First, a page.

S. Africa’s Zuma resists calls for resignation amid scandal

PRETORIA, South Africa, Embattled South African President Jacob Zuma apologized in a televised national address for a corruption scandal that has left many calling for his resignation.

South African President Jacob Zuma talks on the phone during a luncheon at the United Nations General Assembly in New York in 2015. Zuma is resisting calls for his resignation after a scandal involving taxpayer-funded improvements to his home in 2014. File Photo by Chip Somodevilla/UPI pool photo | License Photo













Zuma appeared contrite in the address, which was broadcast nationwide on Friday night, the day after a South African court ruled he had violated the the South African Constitution by failing to make repayments in the Nkandla scandal.

Zuma pledged to abide by a court ruling saying he must repay the government for some of the cost of upgrades to his rural South African home in Nkandla, where taxpayers footed the bill for a new swimming pool and amphitheater in 2014.

“With hindsight, there were many matters that could have been handled differently,” Zuma said in the address. “The matter has caused a lot of frustration and confusion, for which I apologize.”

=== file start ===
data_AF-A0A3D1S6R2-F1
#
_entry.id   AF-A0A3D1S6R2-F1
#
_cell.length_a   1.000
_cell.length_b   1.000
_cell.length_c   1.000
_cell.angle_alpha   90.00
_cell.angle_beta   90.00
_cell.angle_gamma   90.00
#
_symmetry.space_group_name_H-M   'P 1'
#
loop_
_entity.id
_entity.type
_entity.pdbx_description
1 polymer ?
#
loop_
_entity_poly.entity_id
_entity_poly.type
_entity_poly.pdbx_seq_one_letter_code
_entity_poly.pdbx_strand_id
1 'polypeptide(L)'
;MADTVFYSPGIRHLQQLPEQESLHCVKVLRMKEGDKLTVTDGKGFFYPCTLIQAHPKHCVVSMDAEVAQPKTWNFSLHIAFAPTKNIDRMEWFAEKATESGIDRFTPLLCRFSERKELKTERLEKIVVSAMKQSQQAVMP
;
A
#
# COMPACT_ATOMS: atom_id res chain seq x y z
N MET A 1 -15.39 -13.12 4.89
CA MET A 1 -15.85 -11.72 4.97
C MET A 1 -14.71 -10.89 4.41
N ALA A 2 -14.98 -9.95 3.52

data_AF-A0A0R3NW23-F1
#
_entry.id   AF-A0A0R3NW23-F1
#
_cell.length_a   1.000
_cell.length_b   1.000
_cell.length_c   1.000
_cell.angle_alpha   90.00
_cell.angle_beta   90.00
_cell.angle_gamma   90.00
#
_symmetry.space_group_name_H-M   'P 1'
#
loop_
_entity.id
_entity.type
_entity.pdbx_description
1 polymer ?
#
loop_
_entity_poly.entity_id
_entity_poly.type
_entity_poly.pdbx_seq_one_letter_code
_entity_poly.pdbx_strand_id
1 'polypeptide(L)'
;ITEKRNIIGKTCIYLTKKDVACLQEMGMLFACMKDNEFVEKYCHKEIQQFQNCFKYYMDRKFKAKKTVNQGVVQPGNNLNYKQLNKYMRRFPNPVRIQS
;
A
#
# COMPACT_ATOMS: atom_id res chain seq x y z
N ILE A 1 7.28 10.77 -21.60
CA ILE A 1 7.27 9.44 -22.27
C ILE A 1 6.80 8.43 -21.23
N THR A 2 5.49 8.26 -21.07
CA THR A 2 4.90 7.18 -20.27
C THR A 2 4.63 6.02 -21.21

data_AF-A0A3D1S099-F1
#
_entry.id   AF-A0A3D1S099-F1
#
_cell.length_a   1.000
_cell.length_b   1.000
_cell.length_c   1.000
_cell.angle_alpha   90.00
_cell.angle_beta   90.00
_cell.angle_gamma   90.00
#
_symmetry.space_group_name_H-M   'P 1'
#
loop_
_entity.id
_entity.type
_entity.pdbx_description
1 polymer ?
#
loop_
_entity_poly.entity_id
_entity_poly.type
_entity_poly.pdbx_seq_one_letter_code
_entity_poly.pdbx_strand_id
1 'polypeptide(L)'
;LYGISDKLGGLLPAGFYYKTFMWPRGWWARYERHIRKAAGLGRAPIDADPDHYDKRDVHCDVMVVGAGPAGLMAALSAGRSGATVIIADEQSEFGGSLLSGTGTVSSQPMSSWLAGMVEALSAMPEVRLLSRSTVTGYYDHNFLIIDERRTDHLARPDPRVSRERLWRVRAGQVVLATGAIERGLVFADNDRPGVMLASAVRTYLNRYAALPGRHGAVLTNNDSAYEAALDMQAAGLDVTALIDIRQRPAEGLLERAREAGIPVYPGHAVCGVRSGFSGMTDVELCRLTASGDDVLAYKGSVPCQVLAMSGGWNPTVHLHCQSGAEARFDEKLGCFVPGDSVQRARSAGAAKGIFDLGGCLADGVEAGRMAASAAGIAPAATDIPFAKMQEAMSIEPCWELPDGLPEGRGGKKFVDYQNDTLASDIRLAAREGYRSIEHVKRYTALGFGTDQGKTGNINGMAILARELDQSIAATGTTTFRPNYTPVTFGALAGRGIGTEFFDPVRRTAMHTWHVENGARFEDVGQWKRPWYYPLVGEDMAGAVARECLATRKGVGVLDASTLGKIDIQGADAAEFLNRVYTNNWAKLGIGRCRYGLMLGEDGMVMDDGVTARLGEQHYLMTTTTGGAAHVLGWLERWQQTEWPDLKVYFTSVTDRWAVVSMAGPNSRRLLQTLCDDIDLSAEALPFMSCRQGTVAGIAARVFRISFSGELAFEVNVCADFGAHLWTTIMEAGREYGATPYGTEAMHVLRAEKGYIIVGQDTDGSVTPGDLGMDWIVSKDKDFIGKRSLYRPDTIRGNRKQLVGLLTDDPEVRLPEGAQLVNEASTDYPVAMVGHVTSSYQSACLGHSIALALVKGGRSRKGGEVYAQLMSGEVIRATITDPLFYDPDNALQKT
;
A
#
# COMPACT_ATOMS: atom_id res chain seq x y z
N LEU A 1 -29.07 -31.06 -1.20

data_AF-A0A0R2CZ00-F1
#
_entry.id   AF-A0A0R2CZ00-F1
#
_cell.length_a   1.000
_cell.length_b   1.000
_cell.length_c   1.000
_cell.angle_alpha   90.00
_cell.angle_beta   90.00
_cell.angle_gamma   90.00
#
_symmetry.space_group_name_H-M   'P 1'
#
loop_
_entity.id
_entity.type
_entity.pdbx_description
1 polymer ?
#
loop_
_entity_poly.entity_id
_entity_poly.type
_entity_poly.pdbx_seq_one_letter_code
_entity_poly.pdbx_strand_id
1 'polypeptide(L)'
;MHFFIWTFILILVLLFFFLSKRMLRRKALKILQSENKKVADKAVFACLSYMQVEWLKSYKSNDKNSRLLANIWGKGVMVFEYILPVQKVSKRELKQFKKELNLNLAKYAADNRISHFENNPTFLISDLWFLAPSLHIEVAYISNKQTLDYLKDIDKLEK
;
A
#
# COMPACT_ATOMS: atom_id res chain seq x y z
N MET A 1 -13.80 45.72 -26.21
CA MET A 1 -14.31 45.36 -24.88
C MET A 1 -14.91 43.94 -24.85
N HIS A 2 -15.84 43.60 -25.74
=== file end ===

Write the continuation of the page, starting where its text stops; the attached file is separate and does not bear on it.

Zuma’s political opposition has called for him to resign and speculation was rife across the country he would do just that during Friday’s speech. Instead, he offered the mea culpa and said he never intended to break the law.

The apology has not lessened calls for his resignation. Anti-apartheid icon Ahmed Kathrada, who was jailed alongside former South African President Nelson Mandela, released a letter Saturday, calling on Zuma to leave office.

“Dear comrade president, don’t you think your continued stay as president will only serve to deepen the crisis of confidence in the government of the country?” Kathrada, said. “In the face of such persistently widespread criticism, condemnation and demand, is it asking too much to express the hope that you will choose the correct way that is gaining momentum, to consider stepping down?”